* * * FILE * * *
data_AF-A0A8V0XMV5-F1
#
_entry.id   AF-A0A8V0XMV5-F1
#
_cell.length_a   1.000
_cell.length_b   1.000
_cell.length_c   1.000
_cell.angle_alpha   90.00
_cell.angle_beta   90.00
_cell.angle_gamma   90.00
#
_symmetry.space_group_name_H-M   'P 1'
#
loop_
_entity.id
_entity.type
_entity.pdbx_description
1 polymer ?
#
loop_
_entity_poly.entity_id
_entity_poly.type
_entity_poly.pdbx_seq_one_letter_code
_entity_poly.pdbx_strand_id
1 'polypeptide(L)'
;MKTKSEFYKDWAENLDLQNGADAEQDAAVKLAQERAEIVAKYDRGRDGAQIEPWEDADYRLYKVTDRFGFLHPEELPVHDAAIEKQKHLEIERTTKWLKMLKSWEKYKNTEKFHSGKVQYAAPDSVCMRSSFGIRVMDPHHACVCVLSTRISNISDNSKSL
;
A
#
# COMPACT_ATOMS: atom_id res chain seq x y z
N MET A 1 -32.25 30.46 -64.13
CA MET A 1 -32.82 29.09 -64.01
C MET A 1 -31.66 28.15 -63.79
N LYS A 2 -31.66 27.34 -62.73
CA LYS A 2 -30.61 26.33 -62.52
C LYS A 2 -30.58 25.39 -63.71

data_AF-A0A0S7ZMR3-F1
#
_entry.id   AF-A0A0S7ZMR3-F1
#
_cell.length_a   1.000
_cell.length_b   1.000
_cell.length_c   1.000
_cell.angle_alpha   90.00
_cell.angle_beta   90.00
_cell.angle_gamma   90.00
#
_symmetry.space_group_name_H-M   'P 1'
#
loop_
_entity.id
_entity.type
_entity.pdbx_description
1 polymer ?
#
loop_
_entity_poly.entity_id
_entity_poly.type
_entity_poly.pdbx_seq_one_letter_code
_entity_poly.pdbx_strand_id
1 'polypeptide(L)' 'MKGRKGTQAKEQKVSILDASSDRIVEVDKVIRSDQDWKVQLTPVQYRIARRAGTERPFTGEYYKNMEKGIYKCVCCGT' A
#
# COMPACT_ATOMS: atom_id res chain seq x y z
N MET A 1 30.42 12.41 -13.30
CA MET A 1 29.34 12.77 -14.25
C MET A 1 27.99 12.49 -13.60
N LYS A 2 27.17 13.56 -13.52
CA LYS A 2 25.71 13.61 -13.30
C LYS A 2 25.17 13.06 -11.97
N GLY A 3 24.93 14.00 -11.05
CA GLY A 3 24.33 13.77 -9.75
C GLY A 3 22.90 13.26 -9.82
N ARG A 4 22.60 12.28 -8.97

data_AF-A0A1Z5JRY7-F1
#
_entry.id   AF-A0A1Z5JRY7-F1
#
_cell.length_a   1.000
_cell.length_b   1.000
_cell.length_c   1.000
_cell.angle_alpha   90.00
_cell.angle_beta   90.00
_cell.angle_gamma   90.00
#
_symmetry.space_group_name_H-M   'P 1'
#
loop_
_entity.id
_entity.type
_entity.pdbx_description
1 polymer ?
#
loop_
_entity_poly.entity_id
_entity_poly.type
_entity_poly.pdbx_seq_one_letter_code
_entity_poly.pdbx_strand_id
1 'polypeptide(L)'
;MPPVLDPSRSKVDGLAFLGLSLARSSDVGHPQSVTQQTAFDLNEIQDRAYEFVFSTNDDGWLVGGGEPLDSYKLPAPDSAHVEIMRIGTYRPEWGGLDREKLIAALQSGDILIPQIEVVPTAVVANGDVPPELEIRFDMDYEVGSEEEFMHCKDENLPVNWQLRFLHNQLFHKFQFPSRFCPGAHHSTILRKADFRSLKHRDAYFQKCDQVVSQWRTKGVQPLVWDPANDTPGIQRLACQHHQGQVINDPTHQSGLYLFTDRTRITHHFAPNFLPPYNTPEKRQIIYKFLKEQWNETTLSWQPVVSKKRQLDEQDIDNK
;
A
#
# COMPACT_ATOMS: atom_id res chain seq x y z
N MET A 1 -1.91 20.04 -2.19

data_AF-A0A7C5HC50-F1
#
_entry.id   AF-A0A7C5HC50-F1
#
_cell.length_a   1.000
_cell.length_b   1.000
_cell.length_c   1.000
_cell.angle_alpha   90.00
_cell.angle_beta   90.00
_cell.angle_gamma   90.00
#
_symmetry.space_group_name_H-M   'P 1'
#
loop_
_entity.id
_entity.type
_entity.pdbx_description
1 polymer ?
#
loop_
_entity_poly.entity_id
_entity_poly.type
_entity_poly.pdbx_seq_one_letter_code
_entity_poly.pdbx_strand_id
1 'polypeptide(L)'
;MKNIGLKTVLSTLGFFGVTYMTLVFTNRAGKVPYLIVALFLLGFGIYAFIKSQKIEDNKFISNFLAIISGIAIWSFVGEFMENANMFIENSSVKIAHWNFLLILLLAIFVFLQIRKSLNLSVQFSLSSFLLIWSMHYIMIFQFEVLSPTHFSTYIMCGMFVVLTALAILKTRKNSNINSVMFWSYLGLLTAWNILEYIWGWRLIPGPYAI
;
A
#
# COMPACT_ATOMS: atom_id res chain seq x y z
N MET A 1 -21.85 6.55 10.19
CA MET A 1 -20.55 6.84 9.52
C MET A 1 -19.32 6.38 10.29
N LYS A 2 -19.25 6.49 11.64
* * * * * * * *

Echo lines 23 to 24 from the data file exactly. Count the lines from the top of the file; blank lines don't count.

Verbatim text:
_entity_poly.pdbx_seq_one_letter_code
_entity_poly.pdbx_strand_id